#2020: Citizen V

CITIZEN V

MARVEL LEGENDS (HASBRO)

“Baron Helmut Zemo adopts the alias Citizen V and leads the heroic Thunderbolts into battle against various villains.”

From the fallout of the dreaded “Heroes Reborn” relaunch of the ’90s, there was actually one notable not-terrible thing to come about: Thunderbolts.  In the wake of the Avengers disappearance, a new super-team arose, and in one of the decade’s most shocking twists, were revealed at the end of their debut hero to not be heroes at all, but rather the Masters of Evil in disguise.  Former Masters of Evil leader and Captain America foe Baron Zemo became the patriotically-themed Citizen V.  And, following up on last year’s Songbird figure, we’ve gotten a Citizen V to go along with her.

THE FIGURE ITSELF

Citizen V is figure 5 in the first Endgame-themed series of Marvel Legends.  Given his real identity, he’s not the worst choice in the world for this assortment, even if Zemo’s not actually in Endgame.  I mean, at least he *is* an MCU character, and with the Songbird figure last year, there’s a good precedent.  The figure stands 6 1/4 inches tall and has 32 points of articulation.  Like yesterday’s Nighthawk, Citizen V is built on the Bucky Cap body, which definitely a good choice, given it’s the same body that the basic Zemo was built on as well.  He’s specifically built on the recent Daredevil variant of the body, meaning he has the wrapped hands and laced up boots, which are a good match for Citizen V’s design.  He gets a new head, belt, and cape piece as well, which completes the appearance nicely.  I particularly like the head, which is nice and sleek.  The cape is also a rather nice piece, though the nature of how it’s laid out is rather restricting for his left arm.  Of course, given that his sword hand is his right one, it’s not a huge loss.  I’m willing to sacrifice movement for form on this one.  The paintwork on V is some solid stuff.  I really dig the metallics on the shoulder pads, as well as the accenting on the red sections.  There’s some notable slop on the cape at the edges, which I wish wasn’t quite as obvious, especially given the quality of the rest of paintwork.  It’s really the one downside to an otherwise really strong figure.  Citizen V is packed with his sword, which is a decent enough piece, though he has a little bit of trouble holding it.  Still, a cool piece nonetheless.  He also includes the right leg of the Thanos Build-A-Figure.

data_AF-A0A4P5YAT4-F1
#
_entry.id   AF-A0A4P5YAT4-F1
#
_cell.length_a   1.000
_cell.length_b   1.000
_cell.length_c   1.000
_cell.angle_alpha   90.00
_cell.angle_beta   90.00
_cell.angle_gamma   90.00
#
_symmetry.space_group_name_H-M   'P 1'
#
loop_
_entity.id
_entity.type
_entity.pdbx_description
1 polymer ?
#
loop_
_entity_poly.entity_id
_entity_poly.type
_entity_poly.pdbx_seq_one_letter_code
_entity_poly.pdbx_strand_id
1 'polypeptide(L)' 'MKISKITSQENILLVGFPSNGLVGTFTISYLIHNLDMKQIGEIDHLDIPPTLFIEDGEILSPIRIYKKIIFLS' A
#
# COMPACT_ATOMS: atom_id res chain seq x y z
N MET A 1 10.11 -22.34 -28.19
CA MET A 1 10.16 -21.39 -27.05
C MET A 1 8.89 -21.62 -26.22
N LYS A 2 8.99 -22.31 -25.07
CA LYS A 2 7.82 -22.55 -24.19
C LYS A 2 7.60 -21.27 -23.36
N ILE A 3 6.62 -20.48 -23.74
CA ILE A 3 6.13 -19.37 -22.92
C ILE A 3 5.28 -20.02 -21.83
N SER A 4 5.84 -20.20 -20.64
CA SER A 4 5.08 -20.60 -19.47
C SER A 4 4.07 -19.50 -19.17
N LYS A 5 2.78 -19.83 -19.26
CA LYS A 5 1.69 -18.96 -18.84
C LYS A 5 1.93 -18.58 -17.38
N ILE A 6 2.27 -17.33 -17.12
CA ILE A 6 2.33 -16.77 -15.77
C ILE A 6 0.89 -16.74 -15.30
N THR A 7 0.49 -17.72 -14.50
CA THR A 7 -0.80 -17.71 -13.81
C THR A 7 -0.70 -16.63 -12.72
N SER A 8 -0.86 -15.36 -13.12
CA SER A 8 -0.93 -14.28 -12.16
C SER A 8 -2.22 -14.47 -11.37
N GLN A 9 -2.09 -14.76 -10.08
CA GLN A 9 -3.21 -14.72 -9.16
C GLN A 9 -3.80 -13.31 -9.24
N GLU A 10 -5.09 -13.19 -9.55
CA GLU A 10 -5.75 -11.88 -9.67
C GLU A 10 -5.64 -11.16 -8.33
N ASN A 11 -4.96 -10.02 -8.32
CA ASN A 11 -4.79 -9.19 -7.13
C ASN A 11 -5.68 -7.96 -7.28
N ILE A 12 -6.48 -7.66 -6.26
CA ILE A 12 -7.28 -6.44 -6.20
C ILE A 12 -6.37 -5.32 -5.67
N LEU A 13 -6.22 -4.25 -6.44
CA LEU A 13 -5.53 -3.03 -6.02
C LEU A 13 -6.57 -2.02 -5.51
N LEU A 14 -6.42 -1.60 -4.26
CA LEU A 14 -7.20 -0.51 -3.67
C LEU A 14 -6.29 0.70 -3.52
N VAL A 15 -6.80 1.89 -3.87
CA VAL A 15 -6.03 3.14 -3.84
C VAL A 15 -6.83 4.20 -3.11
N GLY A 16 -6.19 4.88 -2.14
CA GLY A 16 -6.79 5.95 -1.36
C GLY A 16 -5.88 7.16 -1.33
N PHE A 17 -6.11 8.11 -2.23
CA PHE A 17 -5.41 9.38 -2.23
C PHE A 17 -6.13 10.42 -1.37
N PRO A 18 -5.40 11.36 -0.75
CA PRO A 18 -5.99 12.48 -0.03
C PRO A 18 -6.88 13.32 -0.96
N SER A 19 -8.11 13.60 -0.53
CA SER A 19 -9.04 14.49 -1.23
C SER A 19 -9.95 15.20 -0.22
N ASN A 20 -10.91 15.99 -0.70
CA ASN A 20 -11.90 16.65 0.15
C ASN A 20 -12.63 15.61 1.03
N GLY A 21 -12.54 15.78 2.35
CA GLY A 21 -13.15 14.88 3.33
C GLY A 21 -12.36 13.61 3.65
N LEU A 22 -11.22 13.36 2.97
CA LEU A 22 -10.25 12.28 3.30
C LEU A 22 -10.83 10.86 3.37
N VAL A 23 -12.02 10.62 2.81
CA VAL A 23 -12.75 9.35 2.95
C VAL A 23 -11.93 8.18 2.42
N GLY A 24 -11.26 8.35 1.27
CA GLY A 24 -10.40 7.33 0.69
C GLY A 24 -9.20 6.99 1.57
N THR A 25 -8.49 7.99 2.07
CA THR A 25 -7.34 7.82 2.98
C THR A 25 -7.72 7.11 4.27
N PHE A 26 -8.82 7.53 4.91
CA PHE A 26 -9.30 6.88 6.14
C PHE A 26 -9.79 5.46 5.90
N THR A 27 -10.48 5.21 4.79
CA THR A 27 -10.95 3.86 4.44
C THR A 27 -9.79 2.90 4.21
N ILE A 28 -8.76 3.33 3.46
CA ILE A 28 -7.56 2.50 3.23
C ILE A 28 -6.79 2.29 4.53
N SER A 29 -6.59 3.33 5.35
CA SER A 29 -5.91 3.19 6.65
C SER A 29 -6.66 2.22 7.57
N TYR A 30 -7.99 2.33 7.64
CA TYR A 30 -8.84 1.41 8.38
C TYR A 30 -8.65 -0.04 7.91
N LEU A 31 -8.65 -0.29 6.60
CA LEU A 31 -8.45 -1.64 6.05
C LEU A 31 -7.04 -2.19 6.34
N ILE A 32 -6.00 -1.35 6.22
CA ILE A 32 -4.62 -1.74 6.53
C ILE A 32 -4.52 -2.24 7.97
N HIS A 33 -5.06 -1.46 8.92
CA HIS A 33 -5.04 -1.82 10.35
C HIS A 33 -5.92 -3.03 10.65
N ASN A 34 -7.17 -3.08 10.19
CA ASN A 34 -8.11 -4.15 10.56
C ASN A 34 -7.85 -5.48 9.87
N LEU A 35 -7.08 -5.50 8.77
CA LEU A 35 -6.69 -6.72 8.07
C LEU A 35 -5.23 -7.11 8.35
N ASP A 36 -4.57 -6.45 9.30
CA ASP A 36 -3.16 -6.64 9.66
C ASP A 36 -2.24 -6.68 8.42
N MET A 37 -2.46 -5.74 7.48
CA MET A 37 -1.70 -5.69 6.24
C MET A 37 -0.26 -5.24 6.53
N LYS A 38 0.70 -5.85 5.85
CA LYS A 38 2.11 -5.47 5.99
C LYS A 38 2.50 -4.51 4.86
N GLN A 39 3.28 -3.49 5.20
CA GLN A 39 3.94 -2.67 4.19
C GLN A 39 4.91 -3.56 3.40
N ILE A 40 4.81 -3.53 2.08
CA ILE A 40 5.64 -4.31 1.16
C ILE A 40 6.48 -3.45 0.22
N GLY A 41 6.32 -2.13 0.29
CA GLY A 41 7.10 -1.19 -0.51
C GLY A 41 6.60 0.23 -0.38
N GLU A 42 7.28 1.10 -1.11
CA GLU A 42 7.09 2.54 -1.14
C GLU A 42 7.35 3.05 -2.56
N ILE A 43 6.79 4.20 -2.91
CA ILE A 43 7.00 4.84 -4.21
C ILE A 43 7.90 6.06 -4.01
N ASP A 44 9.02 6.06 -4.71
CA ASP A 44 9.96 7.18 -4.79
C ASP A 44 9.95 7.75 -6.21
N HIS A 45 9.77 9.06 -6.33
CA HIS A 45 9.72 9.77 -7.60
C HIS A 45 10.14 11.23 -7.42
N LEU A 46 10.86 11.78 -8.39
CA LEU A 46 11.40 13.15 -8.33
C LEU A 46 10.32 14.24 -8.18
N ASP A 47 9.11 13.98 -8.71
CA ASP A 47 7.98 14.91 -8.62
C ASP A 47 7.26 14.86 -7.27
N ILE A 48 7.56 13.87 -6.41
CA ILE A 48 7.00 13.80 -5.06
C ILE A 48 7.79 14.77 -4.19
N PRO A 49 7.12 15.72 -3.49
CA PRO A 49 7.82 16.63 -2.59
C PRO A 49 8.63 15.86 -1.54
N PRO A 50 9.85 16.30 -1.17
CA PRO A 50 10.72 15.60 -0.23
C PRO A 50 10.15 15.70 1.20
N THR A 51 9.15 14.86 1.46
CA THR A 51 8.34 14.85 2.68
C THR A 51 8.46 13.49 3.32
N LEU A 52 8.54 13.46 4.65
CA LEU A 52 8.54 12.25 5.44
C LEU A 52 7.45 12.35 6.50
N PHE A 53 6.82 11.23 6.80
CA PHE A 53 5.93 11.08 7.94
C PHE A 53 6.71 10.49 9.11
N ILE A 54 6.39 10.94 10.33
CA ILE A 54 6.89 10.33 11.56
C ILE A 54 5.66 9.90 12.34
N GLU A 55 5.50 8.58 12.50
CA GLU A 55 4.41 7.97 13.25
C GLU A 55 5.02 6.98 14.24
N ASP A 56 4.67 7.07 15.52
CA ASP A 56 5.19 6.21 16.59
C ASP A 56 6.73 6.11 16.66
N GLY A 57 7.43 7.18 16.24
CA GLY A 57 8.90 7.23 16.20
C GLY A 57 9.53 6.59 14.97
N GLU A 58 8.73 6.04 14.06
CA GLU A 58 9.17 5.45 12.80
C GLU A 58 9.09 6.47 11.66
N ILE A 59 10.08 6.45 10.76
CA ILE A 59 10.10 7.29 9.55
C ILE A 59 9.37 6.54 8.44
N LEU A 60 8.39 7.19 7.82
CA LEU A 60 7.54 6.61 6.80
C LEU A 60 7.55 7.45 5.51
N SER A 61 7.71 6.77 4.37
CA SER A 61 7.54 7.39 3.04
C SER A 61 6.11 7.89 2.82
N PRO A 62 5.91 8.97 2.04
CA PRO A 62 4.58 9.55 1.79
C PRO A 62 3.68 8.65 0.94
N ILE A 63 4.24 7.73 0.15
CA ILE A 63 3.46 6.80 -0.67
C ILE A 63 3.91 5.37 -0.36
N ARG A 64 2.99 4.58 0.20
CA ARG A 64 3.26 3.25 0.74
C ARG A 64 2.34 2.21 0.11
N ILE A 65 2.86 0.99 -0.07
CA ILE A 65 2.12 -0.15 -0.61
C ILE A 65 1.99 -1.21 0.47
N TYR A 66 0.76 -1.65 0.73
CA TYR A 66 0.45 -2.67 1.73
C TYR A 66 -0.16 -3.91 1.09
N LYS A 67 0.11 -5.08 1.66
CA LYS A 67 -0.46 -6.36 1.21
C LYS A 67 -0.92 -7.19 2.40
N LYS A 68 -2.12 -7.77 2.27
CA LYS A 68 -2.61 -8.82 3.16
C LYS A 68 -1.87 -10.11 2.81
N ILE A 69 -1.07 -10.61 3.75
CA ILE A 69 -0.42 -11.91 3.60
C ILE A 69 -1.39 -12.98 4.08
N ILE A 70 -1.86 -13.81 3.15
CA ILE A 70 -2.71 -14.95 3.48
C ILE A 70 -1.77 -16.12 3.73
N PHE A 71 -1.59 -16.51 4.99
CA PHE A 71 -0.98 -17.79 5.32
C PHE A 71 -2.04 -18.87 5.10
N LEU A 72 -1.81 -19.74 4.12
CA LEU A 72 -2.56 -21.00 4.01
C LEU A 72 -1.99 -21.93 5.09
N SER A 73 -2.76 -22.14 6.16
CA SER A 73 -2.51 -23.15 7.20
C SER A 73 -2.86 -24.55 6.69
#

THE ME HALF OF THE EQUATION

While I didn’t read Thunderbolts back when it was new, I’ve always kind of dug Citizen V’s design and have long thought it would make for a good figure.  I was definitely hoping to see it turn up when we got Songbird last year, and I was happy to see him show up.  He was pretty high on my list for this assortment, and I definitely had high hopes.  The paint on the cape is annoying, but beyond that, I do really like this figure, and I look forward to the possibility of getting more members of the original Thunderbolts.

Citizen V was purchased from All Time Toys, and he’s currently in-stock at their store, here. And, if you’re looking for other toys both old and new, please check out their website and their eBay storefront.

#1727: Cosmic Silver Surfer & Swordsman

COSMIC SILVER SURFER & SWORDSMAN

MARVEL MINIMATES

Marvel Minimates is home to some off the wall choices in terms of characters, and especially pairings. The early Toys R Us-exclusive series were home to some of the most truly strange character pairings for the exclusive two-packs.  Most of them tried to keep at least some sort of common thread between the characters included, but today’s set, Silver Surfer and Swordsman is perhaps one of the weirdest.

THE FIGURES THEMSELVES

These two were released in the fifth series of TRU-exclusive Marvel Minimates.  They were both designed to fit with, at the time, current boxed sets, those sets being Infinity Gauntlet and Thunderbolts, respectively.

COSMIC SILVER SURFER